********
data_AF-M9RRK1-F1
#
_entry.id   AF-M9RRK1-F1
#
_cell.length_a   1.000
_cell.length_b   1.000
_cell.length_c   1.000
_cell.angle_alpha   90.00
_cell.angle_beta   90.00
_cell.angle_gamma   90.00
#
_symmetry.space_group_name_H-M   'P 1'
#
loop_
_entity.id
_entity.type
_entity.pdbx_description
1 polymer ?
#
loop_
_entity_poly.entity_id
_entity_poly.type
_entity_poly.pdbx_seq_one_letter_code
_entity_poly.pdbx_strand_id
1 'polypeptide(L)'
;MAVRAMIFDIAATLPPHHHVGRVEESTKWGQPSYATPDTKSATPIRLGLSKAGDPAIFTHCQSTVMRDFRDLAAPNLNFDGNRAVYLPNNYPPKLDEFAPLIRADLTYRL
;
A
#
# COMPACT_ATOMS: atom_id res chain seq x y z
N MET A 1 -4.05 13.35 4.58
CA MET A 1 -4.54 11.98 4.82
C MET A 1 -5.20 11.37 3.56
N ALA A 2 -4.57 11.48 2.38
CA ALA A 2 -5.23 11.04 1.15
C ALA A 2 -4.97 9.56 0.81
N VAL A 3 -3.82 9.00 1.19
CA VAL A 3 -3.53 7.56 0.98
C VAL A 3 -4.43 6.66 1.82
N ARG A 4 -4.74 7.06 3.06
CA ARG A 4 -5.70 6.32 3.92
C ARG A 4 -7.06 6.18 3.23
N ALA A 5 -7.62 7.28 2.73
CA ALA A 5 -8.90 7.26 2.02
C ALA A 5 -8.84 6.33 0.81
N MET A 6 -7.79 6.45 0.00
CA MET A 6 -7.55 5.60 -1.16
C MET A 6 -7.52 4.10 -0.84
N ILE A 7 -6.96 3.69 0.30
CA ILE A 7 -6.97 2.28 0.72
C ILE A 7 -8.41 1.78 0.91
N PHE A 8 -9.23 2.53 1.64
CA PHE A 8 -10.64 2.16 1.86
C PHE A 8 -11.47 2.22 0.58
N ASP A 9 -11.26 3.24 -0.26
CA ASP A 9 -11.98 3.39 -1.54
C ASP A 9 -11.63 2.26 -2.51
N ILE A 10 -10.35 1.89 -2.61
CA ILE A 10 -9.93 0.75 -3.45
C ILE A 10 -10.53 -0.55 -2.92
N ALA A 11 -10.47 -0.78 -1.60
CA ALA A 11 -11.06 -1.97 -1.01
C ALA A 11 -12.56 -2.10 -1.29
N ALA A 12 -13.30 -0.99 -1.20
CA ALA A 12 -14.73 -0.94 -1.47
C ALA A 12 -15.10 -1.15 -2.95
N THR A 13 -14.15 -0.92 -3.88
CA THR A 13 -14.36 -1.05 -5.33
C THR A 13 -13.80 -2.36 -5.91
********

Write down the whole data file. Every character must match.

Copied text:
data_AF-M9RRK1-F1
#
_entry.id   AF-M9RRK1-F1
#
_cell.length_a   1.000
_cell.length_b   1.000
_cell.length_c   1.000
_cell.angle_alpha   90.00
_cell.angle_beta   90.00
_cell.angle_gamma   90.00
#
_symmetry.space_group_name_H-M   'P 1'
#
loop_
_entity.id
_entity.type
_entity.pdbx_description
1 polymer ?
#
loop_
_entity_poly.entity_id
_entity_poly.type
_entity_poly.pdbx_seq_one_letter_code
_entity_poly.pdbx_strand_id
1 'polypeptide(L)'
;MAVRAMIFDIAATLPPHHHVGRVEESTKWGQPSYATPDTKSATPIRLGLSKAGDPAIFTHCQSTVMRDFRDLAAPNLNFDGNRAVYLPNNYPPKLDEFAPLIRADLTYRL
;
A
#
# COMPACT_ATOMS: atom_id res chain seq x y z
N MET A 1 -4.05 13.35 4.58
CA MET A 1 -4.54 11.98 4.82
C MET A 1 -5.20 11.37 3.56
N ALA A 2 -4.57 11.48 2.38
CA ALA A 2 -5.23 11.04 1.15
C ALA A 2 -4.97 9.56 0.81
N VAL A 3 -3.82 9.00 1.19
CA VAL A 3 -3.53 7.56 0.98
C VAL A 3 -4.43 6.66 1.82
N ARG A 4 -4.74 7.06 3.06
CA ARG A 4 -5.70 6.32 3.92
C ARG A 4 -7.06 6.18 3.23
N ALA A 5 -7.62 7.28 2.73
CA ALA A 5 -8.90 7.26 2.02
C ALA A 5 -8.84 6.33 0.81
N MET A 6 -7.79 6.45 0.00
CA MET A 6 -7.55 5.60 -1.16
C MET A 6 -7.52 4.10 -0.84
N ILE A 7 -6.96 3.69 0.30
CA ILE A 7 -6.97 2.28 0.72
C ILE A 7 -8.41 1.78 0.91
N PHE A 8 -9.23 2.53 1.64
CA PHE A 8 -10.64 2.16 1.86
C PHE A 8 -11.47 2.22 0.58
N ASP A 9 -11.26 3.24 -0.26
CA ASP A 9 -11.98 3.39 -1.54
C ASP A 9 -11.63 2.26 -2.51
N ILE A 10 -10.35 1.89 -2.61
CA ILE A 10 -9.93 0.75 -3.45
C ILE A 10 -10.53 -0.55 -2.92
N ALA A 11 -10.47 -0.78 -1.60
CA ALA A 11 -11.06 -1.97 -1.01
C ALA A 11 -12.56 -2.10 -1.29
N ALA A 12 -13.30 -0.99 -1.20
CA ALA A 12 -14.73 -0.94 -1.47
C ALA A 12 -15.10 -1.15 -2.95
N THR A 13 -14.15 -0.92 -3.88
CA THR A 13 -14.36 -1.05 -5.33
C THR A 13 -13.80 -2.36 -5.91